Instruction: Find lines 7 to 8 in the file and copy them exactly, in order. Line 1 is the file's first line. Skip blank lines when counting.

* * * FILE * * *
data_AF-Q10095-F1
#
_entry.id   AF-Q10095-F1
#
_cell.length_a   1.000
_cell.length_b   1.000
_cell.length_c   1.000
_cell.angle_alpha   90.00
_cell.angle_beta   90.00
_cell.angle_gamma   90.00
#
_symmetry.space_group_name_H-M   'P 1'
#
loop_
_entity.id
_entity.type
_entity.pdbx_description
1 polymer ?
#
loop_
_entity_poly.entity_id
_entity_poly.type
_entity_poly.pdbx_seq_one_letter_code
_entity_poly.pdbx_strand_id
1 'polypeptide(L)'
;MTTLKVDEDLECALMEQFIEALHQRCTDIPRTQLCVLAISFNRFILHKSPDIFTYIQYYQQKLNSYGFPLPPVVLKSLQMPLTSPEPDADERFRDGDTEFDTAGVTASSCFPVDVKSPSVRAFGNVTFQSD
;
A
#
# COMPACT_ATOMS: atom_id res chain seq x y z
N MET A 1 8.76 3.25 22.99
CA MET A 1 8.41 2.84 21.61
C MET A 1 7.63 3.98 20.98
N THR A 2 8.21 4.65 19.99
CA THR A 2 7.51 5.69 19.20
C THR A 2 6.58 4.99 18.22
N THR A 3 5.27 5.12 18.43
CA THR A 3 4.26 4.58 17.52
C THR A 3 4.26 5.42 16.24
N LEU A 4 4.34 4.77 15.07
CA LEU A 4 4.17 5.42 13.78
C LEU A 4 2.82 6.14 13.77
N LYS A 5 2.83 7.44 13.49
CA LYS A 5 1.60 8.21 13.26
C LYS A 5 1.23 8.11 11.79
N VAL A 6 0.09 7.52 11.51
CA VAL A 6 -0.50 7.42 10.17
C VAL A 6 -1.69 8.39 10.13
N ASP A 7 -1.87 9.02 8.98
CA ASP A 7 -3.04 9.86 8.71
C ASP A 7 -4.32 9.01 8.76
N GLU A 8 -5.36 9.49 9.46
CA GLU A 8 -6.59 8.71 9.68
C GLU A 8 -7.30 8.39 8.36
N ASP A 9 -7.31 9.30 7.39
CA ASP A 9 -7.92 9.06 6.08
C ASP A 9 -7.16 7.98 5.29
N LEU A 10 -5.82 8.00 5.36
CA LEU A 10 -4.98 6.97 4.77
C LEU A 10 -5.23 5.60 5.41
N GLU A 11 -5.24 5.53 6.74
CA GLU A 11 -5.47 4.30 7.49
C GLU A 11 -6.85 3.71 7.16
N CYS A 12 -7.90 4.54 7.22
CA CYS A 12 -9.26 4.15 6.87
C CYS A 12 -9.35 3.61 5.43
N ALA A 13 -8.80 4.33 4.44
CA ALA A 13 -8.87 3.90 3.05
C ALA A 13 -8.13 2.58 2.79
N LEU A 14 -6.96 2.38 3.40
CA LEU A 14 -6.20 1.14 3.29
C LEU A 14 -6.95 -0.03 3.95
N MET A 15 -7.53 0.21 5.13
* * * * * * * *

_cell.length_c   1.000
_cell.angle_alpha   90.00